A place not to miss while in the ancient town of Junagadh is the historical Uparkot Fort. This imposing and massive structure is located on a plateau in the middle of the town. Uparkot Fort came into existence during the Nawabi rule of Muslim ruler Mohammad Beghda and Hindu Chudasama rulers.

There are multiple ways of getting to Uparkot fort ranging from hiring a private auto rickshaw to taking a tuk-tuk (an eight seat sharing vehicle). Walking to the fort is another good option since the fort is located at about a 15 minute walk from Kaiwa Chowk which is the main four way junction in the town.

At the entrance of Uparkot fort one will be hounded by plenty of locals who claim to be tour guides. These guides are not very useful as they lack a holistic knowledge of the fort and charge huge sums of money. Also it is advisable to beware while visiting the fort as many tour guides bully people into believing that there is an entrance fee that has to be paid in order to enter the fort. This is totally untrue and anyone can enter and visit the fort free of charge.

On entering the fort, there is a tunnel that has a huge door that grabs the attention of the visitors. This huge door is flanked by a small Hanuman temple on the right. Just after crossing the tunnel there are steps that lead to a huge pool tank which used to supply water to people who took shelter in the fort. This tank overlooks the massive Girnar hills in the distance.

There are five major sites inside Uparkot Fort namely the Buddhist caves, Baba Pyara caves (2nd century), Adi-Kadi Vav, Navghan Kuvo and Jama Masjid.

The Buddhist caves are fine examples of rock cut architecture with ornamented pillars, carved entrances, water cisterns, chaitya hall, windows and monastic cells for meditation. It is believed that the monks fled from these caves since the monastic cells for their meditation started flooding. They then moved to carve the world famous Ajanta and Ellora Caves in Maharashtra. This is the only site in the fort that has an entry fee that needs to be paid but that is minuscule.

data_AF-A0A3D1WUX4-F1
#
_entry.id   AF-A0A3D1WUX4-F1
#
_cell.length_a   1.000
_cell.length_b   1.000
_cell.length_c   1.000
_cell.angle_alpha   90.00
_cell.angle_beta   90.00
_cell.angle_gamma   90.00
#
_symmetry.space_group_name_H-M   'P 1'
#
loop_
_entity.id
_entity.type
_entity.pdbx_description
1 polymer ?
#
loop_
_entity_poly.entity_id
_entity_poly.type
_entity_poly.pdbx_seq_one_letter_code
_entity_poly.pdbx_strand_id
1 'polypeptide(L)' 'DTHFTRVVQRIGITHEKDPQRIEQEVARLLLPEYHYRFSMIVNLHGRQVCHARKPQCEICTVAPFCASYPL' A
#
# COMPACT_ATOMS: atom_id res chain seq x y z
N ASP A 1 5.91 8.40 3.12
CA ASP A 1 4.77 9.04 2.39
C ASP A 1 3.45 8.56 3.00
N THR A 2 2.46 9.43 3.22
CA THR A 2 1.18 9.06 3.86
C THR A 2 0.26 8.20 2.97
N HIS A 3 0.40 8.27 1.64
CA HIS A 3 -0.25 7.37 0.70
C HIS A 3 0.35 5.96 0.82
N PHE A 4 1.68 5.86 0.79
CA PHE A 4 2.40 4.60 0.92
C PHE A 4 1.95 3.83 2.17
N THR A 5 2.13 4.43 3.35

Adi-kadi Vav and Navghan Kuvo were built by the Chudasama Rajputs and are unique step wells. Both these step wells served as water sources during the sieges lasting for years and were essential parts that helped satisfy the basic needs of those living in the hill fort. The Adi-Kadi Vav (15th century) has a long flight of 120 steps leading to the water level in it, while the Navghan Kuvo (1260AD) is hewn from soft rock and is 52 meter deep, reached by a circular staircase winding around the shaft. The sad fact is that these two step wells have become dumping grounds today with people throwing all kinds of waste material into them.

Jama Mosque was originally a palace of Ranakdevi, and was converted into a mosque by Muhammad Begada to commemorate his victory over Junagadh in 1470 AD. Another interesting artifact from the past is the ‘Nilam’ canon, brought to Diu from Egypt to fight against the Portuguese.

Inside the mosque there is a small staircase that leads to the terrace from there one will get a splendid view of both the town of Junagadh and also the Girnar Hills in the distance. Many of the locals claim that the area around Jama Masjid is haunted after sun down, but that may just be a legend.

Uparkot Fort is so huge that it is about 2km in radius and takes approximately 3 to 4 hours to walk through the whole thing. The fort is open every day of the week from 9am to 6pm.

Uparkot Fort has plenty to offer to everyone who pays a visit to this ancient and historic monument.

3 Responses

  1. Santosh Das

    I was searching for some info about this place and I happened to get linked to this site. I must say that this was the only site which had good and precise info about the fort that I was trying to gain knowledge about.

    Reply
  2. Sam

    This fort has that worn out look, it actually reminded me of the British Rule. The way it has been constructed is really old, but the view from the terrace of Jama Masjid was good. You can actually see the entire city from there.

    Reply
  3. Anonymous

    Hey Sherwin, your choice of place is slowly and steadily taking me by surprise. I really love the locations you choose to visit and blog about. I would like to suggest you to take good photographs, or else your readers might not find it that interesting.

    Reply

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